I started reading about him after I found a copy of his 1938 book “Science for the Citizen”, illustrated by J.F. Horrabin. You can find this book on archive.org, but it doesn’t match the beauty of the printed version, in which text and diagrams melt into yellowed paper. It’s like a holy text. The attention to detail in the writing makes for educational luxury; it’s an educational text that actually has a soul and a sense of purpose.

From the Hogben’s introduction:

In the Victorian age big men of science like Faraday, T. H. Huxley, and Tyndall did not think it beneath their dignity to write about simple truths with the conviction that they could instruct their audiences. There were giants in those days. The new fashion is to select from the periphery of mathematicized hypotheses some half-assimilated speculation as a preface to homilies and apologetics crude enough to induce a cold sweat in a really sophisticated theologian who knows his job. With a few notable exceptions such as Simple Science by Andrade and Huxley and two volumes on British and American men of science by J. G. Crowther, this is a fair description of the state into which the writing of popular science has fallen hi contemporary Britain. The clue to the state of mind which produces these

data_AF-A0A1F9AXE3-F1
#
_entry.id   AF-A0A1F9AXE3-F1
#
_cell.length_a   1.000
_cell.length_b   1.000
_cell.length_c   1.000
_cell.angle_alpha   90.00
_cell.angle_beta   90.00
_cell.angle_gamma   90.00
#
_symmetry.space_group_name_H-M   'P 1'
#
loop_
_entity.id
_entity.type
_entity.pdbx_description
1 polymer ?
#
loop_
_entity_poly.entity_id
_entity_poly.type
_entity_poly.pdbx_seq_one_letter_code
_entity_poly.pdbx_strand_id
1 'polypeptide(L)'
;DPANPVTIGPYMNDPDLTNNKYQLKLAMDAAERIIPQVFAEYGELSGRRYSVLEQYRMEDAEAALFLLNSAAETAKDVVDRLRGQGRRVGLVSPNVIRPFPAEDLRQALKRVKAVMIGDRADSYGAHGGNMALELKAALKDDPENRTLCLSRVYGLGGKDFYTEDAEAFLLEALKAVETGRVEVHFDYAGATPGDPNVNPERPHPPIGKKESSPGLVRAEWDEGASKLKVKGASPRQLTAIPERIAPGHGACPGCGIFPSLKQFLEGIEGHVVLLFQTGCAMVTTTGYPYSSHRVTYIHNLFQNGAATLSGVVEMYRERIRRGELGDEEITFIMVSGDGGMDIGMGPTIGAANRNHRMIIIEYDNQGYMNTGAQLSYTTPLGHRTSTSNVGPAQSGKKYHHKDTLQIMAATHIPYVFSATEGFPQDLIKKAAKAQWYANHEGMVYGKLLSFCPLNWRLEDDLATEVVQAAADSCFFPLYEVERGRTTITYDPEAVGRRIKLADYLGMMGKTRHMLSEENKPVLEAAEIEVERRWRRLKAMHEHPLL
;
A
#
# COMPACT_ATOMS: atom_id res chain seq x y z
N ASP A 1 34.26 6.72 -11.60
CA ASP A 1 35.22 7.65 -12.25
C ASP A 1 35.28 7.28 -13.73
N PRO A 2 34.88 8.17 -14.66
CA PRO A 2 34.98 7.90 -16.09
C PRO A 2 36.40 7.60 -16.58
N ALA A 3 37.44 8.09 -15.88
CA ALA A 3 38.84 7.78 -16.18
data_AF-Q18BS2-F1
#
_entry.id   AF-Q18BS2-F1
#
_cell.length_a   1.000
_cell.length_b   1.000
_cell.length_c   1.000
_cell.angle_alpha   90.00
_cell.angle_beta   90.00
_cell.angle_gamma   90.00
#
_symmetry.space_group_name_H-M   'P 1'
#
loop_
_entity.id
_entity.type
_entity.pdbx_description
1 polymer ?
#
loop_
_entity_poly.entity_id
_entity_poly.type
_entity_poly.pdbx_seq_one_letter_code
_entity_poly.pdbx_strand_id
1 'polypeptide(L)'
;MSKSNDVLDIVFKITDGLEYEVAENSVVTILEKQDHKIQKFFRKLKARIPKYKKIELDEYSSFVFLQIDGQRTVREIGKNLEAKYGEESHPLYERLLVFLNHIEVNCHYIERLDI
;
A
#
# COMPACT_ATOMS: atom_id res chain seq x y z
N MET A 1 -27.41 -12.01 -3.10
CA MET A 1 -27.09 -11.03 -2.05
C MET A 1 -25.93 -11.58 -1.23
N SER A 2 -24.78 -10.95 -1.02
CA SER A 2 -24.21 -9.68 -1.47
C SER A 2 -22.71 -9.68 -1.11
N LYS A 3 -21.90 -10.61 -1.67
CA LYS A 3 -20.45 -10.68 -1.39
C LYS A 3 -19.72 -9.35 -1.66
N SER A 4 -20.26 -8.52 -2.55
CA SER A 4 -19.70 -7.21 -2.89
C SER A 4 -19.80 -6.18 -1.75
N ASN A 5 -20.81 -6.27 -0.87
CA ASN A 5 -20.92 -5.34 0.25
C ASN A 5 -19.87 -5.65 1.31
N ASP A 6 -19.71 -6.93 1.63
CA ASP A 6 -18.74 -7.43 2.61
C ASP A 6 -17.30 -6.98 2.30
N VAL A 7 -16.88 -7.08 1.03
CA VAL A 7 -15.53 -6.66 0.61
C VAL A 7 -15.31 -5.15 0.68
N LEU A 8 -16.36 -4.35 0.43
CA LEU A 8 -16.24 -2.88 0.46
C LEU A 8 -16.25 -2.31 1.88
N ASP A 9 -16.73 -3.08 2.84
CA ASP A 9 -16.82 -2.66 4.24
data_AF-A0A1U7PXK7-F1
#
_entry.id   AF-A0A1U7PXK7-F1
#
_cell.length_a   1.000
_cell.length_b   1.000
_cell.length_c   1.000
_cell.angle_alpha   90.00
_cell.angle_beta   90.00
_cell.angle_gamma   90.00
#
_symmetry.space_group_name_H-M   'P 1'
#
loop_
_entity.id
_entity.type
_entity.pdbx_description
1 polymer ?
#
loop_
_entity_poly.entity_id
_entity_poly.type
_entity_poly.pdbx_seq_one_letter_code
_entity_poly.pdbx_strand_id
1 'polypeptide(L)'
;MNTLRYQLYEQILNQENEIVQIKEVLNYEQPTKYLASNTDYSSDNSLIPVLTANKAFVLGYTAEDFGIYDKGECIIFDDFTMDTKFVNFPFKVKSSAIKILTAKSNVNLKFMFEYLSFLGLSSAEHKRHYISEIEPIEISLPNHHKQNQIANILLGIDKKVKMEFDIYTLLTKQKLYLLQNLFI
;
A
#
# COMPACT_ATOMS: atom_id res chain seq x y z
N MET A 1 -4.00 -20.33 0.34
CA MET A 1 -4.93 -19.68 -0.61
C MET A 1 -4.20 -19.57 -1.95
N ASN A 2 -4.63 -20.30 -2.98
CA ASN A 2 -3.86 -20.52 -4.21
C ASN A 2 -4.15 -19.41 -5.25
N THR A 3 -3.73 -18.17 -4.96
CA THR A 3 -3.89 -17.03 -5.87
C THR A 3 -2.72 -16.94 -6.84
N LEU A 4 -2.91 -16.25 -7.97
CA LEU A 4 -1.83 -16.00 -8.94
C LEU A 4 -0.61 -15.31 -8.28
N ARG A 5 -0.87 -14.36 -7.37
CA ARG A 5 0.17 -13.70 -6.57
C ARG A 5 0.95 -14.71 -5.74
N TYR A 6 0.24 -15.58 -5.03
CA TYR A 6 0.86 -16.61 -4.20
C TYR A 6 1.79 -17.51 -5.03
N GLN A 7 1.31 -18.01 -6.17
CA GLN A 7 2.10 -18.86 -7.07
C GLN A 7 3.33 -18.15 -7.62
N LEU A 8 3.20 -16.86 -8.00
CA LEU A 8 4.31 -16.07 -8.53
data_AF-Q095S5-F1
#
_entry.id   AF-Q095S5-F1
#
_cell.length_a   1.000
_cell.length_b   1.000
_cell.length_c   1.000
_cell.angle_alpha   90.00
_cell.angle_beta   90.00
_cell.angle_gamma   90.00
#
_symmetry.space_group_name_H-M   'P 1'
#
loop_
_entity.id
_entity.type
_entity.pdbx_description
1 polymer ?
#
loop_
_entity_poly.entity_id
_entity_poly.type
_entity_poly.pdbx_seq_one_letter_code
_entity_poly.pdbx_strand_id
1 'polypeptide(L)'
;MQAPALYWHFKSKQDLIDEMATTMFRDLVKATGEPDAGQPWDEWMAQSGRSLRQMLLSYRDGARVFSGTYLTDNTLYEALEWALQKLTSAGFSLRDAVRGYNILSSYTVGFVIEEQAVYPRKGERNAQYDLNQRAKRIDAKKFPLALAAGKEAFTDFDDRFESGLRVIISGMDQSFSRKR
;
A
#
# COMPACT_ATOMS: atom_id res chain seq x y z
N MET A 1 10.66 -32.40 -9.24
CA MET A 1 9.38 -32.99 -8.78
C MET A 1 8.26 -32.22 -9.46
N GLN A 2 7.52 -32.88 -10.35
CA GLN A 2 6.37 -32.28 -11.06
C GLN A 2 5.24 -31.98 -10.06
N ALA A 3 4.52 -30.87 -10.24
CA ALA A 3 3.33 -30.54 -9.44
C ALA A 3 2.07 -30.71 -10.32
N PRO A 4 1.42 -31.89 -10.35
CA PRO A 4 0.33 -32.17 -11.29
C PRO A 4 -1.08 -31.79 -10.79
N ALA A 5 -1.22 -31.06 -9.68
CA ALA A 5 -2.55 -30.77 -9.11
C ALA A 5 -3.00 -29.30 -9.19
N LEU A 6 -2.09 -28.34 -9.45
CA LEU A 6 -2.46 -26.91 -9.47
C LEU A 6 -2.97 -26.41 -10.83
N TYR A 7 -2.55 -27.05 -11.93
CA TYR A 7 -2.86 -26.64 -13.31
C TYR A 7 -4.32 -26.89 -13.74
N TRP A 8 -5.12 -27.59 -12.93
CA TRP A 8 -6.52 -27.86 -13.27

weak-kneed and clownish apologetics is contempt for the common man. The key to the eloquent literature which the pen of Faraday and Huxley produced is their firm faith in the educability of mankind.

Apart from being a legendary zoologist, a writer, political activist and lecturer, Hogben was also a linguist. He invented Interglossa, an international language (‘a draft of an auxiliary for a democratic world order’).